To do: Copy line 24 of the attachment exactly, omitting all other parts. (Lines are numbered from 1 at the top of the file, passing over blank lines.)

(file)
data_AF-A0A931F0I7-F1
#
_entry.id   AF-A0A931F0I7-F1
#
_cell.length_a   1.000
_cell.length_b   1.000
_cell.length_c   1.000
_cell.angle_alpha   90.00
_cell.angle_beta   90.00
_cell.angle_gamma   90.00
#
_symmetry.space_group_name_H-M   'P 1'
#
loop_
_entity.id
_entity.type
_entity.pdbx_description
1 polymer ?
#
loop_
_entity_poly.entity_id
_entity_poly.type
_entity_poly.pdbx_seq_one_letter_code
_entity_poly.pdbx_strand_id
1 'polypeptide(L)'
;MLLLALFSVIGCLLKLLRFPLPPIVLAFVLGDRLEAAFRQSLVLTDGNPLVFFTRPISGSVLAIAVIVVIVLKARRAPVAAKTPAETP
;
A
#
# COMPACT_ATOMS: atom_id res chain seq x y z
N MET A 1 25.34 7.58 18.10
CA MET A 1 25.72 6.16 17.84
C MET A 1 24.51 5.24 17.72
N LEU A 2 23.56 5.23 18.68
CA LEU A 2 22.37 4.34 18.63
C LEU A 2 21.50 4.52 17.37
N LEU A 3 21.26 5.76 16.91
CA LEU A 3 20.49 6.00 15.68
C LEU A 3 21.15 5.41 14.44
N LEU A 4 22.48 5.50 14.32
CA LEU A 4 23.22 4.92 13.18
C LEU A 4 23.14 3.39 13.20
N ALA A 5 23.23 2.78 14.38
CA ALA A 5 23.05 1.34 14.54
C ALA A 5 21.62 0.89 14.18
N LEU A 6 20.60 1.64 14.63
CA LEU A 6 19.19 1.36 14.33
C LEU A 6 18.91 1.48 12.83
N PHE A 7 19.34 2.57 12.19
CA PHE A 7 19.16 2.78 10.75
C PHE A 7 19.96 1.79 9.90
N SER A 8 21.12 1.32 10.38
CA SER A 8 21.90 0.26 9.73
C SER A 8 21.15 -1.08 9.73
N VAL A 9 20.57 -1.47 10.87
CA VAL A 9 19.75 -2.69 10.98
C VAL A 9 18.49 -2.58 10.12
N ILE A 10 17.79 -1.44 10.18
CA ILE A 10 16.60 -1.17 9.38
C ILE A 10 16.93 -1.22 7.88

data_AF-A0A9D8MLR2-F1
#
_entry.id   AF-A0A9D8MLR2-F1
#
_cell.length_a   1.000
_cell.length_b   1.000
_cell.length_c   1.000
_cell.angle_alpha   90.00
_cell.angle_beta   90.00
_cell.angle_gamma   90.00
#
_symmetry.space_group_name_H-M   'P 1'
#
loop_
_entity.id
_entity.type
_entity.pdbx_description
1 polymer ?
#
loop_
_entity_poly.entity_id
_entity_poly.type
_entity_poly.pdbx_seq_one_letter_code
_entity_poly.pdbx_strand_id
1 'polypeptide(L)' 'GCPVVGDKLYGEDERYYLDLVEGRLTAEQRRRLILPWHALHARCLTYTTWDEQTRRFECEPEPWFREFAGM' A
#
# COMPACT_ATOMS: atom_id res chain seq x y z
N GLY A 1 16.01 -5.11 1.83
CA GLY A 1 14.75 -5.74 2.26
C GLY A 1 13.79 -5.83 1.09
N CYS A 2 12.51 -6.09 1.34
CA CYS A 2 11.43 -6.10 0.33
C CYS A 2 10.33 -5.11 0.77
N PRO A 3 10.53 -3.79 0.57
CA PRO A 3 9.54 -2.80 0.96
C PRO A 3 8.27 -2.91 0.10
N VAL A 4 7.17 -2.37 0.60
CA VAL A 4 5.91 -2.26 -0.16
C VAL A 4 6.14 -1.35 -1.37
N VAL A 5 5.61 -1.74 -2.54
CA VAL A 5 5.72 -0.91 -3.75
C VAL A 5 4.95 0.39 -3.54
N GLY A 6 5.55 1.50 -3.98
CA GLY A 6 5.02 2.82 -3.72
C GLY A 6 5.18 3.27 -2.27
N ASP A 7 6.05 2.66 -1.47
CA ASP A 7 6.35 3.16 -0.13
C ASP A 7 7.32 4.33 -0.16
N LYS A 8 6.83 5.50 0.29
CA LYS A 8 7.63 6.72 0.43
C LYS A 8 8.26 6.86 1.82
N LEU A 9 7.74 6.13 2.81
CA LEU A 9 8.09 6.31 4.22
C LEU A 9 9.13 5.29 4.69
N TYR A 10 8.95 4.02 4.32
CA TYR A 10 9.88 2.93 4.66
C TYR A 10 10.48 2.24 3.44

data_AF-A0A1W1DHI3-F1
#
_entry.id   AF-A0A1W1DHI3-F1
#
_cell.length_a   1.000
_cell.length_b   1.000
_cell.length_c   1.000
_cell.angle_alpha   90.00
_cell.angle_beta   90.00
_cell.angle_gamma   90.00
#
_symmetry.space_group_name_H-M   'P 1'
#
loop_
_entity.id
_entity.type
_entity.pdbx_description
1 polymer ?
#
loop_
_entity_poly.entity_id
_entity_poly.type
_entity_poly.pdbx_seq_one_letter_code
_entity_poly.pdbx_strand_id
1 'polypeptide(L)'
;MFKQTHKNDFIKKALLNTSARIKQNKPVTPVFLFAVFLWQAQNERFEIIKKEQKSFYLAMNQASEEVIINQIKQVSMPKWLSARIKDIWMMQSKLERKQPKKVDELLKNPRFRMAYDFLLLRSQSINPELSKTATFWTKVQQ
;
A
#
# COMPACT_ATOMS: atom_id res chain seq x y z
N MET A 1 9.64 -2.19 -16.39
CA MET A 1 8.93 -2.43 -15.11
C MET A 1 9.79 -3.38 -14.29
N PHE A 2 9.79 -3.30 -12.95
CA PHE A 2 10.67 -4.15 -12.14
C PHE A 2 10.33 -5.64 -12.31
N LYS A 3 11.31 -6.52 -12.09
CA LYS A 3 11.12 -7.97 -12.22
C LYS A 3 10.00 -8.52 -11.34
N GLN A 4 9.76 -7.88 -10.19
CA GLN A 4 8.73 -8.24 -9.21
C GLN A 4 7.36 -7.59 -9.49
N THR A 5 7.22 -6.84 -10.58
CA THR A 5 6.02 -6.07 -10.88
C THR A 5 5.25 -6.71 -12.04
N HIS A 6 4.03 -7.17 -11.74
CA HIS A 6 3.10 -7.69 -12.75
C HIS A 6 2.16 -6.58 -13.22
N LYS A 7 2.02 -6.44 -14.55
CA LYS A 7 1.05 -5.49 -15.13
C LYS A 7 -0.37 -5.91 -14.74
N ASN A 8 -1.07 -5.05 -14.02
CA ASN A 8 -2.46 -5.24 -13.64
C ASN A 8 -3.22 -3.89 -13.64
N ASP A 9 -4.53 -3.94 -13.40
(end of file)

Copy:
_entity_poly.pdbx_strand_id